You're right, though, having to make that decision is sooo much harder and soooo much more painful than if they die of natural causes. I have a really old cat and a pretty old little dog who are both showing their age and I know it won't be long.

January 28, 2008 at 7:56 PM  
Blogger Tom Harper said...

Rockync: Thanks, and good luck with Molly and the old dog and old cat. It's painful when a pet dies of old age or natural causes, but it's so much worse when you have to make the decision yourself.

We're both equally "stupid" about our cats too. I wouldn't know how to do anything else.

January 28, 2008 at 9:01 PM  
Blogger Mauigirl said...

Tom, so sorry about your cat. I know how hard it is to lose one of our loved ones - feline, canine or human.

Anyone who has a pet knows the animals communicate and understand things just as much as any person; maybe not in exactly the same way, but that doesn't make it any less real.

January 28, 2008 at 9:54 PM  
Blogger Tom Harper said...

Mauigirl: Thanks. You're absolutely right, canines and felines communicate and understand as much as people; just differently.

January 28, 2008 at 11:14 PM  
Blogger Snave said...

HEck, I agree with Candace here. I seem to be getting closer to atheism with each passing day, yet I anthropomorphize my pets with the best of 'em. I don't really believe one thing has much to do with the other. I can SEE my pets and touch them, whereas I can't see or touch a "god", a "savior", whatever.

Tom, I'm very sad to hear about your cat. That is tough. Hope you guys are doing better with his passing, but it sure is difficult at first. My best thoughts are to you and yours.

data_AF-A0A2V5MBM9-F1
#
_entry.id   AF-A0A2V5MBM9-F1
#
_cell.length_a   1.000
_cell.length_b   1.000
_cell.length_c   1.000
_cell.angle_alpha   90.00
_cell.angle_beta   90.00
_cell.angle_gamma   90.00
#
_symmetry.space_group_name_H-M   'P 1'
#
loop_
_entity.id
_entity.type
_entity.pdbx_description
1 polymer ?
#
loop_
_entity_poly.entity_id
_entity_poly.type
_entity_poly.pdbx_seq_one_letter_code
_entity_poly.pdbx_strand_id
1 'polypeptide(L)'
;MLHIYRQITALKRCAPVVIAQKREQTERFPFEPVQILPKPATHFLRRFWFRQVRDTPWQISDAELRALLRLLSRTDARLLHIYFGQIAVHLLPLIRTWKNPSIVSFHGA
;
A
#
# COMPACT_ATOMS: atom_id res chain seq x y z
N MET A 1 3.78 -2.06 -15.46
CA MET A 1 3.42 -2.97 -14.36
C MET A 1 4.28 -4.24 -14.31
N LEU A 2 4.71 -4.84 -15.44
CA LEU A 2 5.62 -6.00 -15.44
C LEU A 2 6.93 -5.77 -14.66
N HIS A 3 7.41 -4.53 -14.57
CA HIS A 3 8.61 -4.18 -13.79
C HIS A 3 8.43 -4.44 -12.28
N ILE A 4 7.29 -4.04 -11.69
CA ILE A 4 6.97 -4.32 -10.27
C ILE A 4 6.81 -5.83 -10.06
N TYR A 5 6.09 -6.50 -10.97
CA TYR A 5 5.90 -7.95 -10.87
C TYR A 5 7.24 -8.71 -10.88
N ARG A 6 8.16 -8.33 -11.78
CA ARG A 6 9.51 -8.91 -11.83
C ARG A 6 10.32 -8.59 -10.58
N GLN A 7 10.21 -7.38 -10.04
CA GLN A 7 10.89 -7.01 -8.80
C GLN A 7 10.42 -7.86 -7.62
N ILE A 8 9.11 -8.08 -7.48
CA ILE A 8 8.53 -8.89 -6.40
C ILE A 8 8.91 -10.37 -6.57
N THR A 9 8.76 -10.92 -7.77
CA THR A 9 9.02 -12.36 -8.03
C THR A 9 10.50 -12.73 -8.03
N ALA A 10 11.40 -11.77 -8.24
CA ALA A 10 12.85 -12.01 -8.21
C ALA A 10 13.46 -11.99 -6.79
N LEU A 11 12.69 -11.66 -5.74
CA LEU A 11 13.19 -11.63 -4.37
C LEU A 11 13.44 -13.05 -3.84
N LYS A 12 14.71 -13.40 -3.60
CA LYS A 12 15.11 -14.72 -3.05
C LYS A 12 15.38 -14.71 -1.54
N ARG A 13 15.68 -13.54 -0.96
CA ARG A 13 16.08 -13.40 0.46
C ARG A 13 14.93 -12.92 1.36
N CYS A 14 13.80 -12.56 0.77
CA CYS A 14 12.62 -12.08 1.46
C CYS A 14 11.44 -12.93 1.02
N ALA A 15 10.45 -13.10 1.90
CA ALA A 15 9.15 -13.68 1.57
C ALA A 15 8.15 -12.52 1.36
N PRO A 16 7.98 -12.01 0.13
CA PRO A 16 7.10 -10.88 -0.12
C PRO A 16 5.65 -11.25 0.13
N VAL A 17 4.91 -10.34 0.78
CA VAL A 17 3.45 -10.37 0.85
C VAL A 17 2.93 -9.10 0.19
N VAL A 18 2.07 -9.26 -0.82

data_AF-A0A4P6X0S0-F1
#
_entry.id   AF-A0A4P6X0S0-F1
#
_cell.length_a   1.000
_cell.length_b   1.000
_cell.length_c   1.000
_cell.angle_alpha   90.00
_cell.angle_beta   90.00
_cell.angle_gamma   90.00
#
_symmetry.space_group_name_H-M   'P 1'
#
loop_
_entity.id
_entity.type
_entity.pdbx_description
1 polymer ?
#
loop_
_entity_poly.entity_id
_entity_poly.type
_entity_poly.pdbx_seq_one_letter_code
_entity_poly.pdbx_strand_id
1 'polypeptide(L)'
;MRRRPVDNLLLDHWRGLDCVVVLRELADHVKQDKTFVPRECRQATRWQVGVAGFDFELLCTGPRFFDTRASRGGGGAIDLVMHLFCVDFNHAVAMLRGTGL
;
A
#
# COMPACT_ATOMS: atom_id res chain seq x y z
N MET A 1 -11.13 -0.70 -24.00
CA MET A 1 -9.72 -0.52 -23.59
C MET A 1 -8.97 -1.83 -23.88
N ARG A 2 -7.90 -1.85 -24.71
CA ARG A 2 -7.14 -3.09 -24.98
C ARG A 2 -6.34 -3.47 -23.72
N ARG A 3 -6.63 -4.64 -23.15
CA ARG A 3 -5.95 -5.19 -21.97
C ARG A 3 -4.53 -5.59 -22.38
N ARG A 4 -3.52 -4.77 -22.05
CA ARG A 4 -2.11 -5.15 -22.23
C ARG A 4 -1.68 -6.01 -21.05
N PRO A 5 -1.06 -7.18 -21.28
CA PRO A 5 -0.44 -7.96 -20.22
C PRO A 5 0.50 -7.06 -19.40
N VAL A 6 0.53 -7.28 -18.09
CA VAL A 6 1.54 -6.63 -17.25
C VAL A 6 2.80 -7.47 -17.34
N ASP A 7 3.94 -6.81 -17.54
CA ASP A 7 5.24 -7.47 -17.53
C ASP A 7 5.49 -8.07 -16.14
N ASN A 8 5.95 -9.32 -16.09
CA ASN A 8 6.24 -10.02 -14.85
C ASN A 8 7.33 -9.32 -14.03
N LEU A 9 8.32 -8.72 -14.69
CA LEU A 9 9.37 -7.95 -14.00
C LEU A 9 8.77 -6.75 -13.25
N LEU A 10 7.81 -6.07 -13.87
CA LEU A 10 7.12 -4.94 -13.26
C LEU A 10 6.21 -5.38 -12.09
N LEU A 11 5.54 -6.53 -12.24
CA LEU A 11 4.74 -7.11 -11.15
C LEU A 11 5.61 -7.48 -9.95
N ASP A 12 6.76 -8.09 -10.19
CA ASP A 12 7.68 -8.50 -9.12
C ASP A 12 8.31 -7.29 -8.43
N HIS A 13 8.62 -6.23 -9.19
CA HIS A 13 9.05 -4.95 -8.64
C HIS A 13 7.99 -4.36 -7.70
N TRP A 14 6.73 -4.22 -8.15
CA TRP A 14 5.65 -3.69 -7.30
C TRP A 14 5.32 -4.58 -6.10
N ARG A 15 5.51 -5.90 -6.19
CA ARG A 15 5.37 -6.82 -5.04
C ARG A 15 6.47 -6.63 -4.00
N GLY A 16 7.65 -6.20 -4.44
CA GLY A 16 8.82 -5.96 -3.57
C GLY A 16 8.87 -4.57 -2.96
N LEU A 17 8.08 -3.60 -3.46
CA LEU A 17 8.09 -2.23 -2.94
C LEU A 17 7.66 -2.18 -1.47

Mauigirl, that was a great comment. It DOESN'T make it any less real. To me, animals are pure and innocent creatures, and they DO communicate in their own special way. When I understand what they are saying, I feel privileged. From that point, I have to wonder why I eat some of them... sigh... Not my cats, not my cats!!! Heh...

January 29, 2008 at 9:14 AM  
Blogger Tom Harper said...

Snave: Thanks. Yes it really was sad for us (still is). Even by cat standards, he had this zaniness and unbridled enthusiasm about everything; it just made him so lovable.

I'm not a vegetarian but there sure are a lot of cultural contradictions about eating meat. We're horrified that Asians eat cats and dogs, but pigs are smarter than either one and we don't give that a second thought over our bacon and eggs. My mother-in-law used to have a potbellied pig. He was an obnoxious #@$%&!# but very very intelligent.

January 29, 2008 at 10:33 AM